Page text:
History and Civics Question Bank for Class IX – “Reformation”
Q1. Explain the meaning of the term Reformation.
Ans: Reformation, literally, means the act of improving or changing somebody or something. In European history, Reformation refers to a movement against the evil practices within the Catholic Church in the sixteenth century.
Q2. Mention two political causes of the Reformation.
Ans: The resentment of the rulers to Pope’s interference in administration and the growth of nationalistic feelings among the nation-states are the two political causes of the Reformation.
Q3. Mention two evils of the Catholic Church.
Ans: The two evils of the Catholic Church were:
i. Many priests received their appointments through corrupt practices. They could buy offices. This practice was called Simony
ii. The Pope sold pardon certificates called ‘Indulgences’. Sinners could purchase pardon in this life and after, by paying a stipulated sum of money. The fact that forgiveness could be purchased as a commodity, became a major issue of protest
Q4. Name two taxes levied by the Catholic Church.
Ans: People paid a tax called ‘tithe’, which was one-tenth of the income of the family to the Church. Another tax collected by the Church was called ‘Peter’s Pence’.
Q5. Who was Martin Luther? Where did he come from?
Ans: Martin Luther was a German monk of the order of Saint Augustine. He came from Germany.
Q6. Mention two works of Martin Luther.
Ans: Martin Luther’s two works were ‘Ninety Five Theses’ and ‘The Babylonian Captivity of the Church’.
Q7. Mention two of Luther’s doctrines.
Ans: Luther’s two doctrines were:
i. Every man was his own priest and his own monk. He refused to accept that priests were the representatives of God on Earth. The supreme authority was vested only with the Bible
ii. Church had no authority over the State
Q9. Mention the most significant contribution made by Zwingli to Reformation.
Ans: Zwingli introduced the Protestant movement in Switzerland.
Q10. Mention two doctrines of Calvin.
Ans: Calvin’s two doctrines were:
i. Calvin believed in extreme austerity and hard work and that man should follow a simple religion and lead a pure life. He banned entertainment, music, dancing and drinking wine and believed that a man could be liberated from his sins only by the grace of God
ii. He also believed in the ‘Doctrine of Predestination’ which meant that everything was decided and ordained from before
Q11. Mention two criticisms against the doctrines of Calvin.
Ans: Two criticisms against Calvin’s doctrines were:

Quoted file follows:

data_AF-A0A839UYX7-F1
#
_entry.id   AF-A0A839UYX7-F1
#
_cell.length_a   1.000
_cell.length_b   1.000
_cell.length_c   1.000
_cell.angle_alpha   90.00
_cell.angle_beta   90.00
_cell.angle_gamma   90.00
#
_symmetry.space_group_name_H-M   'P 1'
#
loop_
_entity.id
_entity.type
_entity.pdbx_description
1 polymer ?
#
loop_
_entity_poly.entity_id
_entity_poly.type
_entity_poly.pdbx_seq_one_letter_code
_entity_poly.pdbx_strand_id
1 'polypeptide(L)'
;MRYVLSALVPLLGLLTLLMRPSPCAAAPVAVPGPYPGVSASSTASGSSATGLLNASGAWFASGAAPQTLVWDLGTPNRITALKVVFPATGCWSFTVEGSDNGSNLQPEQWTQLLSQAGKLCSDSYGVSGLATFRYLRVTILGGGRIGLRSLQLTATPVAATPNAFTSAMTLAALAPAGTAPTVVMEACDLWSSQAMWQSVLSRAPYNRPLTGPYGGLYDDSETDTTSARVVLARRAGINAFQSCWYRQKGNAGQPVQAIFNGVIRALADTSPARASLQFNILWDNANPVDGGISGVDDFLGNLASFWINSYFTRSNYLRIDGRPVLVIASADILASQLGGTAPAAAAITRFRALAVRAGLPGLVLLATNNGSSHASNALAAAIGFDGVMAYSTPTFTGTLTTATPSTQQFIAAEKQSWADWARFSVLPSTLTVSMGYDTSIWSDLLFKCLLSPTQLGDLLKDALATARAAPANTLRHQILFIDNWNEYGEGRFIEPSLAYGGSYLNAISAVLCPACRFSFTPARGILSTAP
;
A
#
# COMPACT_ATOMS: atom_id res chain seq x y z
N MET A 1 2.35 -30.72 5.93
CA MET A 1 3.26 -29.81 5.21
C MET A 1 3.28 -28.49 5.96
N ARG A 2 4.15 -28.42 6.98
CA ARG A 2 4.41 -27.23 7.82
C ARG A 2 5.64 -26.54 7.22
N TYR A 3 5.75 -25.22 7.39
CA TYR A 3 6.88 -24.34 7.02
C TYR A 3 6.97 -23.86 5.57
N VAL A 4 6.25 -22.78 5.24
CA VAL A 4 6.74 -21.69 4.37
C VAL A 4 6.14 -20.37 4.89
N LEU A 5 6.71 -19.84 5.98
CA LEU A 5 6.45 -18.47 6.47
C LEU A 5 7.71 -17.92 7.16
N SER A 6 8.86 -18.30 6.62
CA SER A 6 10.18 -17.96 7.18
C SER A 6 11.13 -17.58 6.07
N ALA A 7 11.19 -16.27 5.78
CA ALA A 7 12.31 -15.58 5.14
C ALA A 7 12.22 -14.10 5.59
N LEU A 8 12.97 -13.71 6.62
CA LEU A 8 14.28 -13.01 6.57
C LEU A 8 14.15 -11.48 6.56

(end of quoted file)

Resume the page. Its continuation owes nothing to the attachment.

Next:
i. Calvin insisted on a very severe code of conduct from his followers
ii. He punished those who were free thinkers
Q12. How were the Protestants known as in France and Scotland?
Ans: The Protestants were known as Heugenots in France and Presbyterians in Scotland.
Q13. What was the Counter Reformation?
Ans: The popularity of the Protestant Movement alarmed the Roman Catholic Church and it launched a movement to reform the Church. At the same time it undermined the Protestant Movement. This was called the Counter Reformation.
Q14. What happened at the Council of Trent?
Ans: The Council of Trent was summoned in Italy, between 1545 and 1563, by Pope Paul III. It was summoned to introduce reforms in the Catholic Church without changing its basic doctrines. It defined the doctrines of the Church in the light of the changing times. Anti-Catholic books were banned. The Pope was declared as the head of the Catholic Church and the final spokesman of the Christian doctrines. The Church through the Inquisition punished all heretics.
Q15. Mention two contributions of the Counter Reformation.
Ans: It prohibited corrupt practices like the sale of indulgences and violation of celibacy.
Q16. Enumerate two results of the Reformation.
Ans: Reformation resulted in:
i. The hatred between the Catholics and the Protestants that eventually led to wars. These wars caused widespread destruction in terms of economy and polity
ii. There was a rise of nation-states
Q17. Name the countries that emerged as strong nation-states.
Ans: France, Spain and England emerged as strong Nation-States.
Q18. Who was the king in England who established his supremacy over the Church?
Ans: Henry VIII of England established his supremacy by declaring himself the head of the Church.